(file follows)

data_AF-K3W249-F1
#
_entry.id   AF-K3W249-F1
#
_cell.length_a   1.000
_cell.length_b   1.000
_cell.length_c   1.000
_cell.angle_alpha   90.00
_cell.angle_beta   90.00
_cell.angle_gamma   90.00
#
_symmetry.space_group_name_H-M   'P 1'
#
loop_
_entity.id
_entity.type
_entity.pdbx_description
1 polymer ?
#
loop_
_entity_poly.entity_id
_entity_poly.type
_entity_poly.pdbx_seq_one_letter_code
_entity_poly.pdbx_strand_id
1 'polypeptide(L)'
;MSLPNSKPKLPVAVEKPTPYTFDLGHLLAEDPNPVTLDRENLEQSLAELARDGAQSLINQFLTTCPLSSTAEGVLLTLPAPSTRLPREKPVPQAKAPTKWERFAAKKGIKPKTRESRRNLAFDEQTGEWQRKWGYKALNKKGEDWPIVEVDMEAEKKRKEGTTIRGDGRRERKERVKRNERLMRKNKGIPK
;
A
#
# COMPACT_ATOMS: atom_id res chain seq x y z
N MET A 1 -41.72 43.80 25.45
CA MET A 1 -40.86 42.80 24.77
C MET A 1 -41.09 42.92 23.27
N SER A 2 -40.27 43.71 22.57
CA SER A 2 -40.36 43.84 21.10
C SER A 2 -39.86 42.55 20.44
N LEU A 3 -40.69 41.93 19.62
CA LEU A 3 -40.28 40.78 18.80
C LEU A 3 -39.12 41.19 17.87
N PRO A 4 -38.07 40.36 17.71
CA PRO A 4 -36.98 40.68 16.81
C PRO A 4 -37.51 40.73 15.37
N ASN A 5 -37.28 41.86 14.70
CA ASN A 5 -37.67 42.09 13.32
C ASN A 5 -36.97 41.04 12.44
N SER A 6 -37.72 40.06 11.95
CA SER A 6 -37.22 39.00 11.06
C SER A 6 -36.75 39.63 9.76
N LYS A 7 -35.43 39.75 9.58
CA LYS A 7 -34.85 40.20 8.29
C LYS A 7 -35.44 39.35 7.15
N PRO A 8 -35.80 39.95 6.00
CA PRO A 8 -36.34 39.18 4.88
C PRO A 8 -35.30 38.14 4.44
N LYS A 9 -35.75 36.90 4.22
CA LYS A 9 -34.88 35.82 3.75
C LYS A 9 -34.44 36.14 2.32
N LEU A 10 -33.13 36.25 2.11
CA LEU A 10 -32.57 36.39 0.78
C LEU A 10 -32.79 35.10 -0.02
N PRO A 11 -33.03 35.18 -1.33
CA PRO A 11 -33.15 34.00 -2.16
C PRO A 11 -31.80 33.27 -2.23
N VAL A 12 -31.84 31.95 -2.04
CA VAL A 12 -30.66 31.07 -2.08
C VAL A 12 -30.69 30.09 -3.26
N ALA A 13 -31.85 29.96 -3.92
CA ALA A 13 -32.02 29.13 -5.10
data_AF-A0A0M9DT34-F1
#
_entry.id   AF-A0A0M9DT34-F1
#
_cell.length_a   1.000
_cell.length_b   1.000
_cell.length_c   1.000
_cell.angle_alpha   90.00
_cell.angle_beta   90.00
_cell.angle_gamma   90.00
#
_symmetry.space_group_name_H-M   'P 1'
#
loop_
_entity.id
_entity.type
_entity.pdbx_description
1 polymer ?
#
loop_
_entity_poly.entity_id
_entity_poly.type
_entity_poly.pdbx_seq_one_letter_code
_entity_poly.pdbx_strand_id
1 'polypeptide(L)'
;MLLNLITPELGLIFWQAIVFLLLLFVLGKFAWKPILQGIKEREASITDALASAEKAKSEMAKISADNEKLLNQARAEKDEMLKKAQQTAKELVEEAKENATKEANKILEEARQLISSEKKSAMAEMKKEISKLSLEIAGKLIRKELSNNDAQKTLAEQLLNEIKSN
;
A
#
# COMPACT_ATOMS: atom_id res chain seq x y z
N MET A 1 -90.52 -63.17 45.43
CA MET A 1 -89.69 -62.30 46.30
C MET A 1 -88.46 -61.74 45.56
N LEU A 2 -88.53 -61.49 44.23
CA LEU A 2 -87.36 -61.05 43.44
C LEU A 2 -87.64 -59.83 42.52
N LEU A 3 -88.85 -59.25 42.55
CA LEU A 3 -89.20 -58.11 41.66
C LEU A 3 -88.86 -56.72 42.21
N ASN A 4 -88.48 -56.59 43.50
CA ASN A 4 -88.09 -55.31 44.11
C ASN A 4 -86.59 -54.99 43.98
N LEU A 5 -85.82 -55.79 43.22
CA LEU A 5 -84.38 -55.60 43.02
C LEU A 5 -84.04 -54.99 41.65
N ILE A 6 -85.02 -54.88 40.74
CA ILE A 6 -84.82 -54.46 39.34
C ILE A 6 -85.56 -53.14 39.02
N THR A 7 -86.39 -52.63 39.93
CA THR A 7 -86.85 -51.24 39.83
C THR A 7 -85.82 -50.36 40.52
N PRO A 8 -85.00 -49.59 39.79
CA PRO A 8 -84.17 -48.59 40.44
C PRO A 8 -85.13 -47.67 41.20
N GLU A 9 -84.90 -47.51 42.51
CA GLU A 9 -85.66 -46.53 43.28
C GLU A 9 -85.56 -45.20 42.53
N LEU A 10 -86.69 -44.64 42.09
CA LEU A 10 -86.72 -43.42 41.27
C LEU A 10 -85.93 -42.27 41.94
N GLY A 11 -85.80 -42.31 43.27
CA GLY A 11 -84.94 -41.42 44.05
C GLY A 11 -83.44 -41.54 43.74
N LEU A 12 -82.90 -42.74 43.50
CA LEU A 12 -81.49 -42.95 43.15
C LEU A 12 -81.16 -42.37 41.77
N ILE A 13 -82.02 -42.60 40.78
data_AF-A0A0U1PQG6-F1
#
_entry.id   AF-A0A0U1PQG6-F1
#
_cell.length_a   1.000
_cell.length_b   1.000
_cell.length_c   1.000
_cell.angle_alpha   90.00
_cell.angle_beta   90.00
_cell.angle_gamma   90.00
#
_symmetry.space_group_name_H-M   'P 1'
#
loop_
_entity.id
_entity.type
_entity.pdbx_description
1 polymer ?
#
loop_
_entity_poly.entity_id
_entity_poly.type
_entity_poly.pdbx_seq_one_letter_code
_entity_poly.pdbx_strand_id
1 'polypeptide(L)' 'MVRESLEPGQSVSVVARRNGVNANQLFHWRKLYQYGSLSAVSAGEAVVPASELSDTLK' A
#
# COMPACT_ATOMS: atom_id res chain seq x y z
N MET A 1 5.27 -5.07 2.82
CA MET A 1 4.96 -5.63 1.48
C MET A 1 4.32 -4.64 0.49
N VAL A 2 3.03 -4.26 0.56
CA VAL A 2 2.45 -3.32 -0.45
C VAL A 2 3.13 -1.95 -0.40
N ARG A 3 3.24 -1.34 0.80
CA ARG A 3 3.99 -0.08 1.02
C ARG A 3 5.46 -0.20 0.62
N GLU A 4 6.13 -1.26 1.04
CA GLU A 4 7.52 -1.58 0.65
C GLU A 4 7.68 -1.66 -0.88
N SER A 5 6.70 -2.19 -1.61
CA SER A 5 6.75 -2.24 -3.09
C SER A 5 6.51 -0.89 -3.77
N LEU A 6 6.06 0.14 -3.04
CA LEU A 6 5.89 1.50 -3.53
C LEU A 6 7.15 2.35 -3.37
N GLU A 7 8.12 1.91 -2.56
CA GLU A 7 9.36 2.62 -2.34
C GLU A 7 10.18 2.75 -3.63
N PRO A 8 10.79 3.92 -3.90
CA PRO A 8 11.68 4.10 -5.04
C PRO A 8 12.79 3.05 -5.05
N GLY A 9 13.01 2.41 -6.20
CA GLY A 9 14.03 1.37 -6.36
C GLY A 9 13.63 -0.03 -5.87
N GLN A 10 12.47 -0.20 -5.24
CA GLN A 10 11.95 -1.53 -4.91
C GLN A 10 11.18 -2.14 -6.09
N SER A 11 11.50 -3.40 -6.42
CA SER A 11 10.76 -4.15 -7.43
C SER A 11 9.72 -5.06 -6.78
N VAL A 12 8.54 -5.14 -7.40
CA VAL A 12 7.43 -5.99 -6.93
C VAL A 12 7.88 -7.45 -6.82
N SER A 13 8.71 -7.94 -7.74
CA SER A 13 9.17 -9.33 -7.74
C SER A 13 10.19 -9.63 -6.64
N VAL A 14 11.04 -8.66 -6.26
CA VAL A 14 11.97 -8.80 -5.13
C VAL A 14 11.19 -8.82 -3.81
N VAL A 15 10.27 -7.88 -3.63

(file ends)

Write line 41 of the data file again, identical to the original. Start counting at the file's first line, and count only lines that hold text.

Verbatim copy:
CA PRO A 4 -36.98 40.68 16.81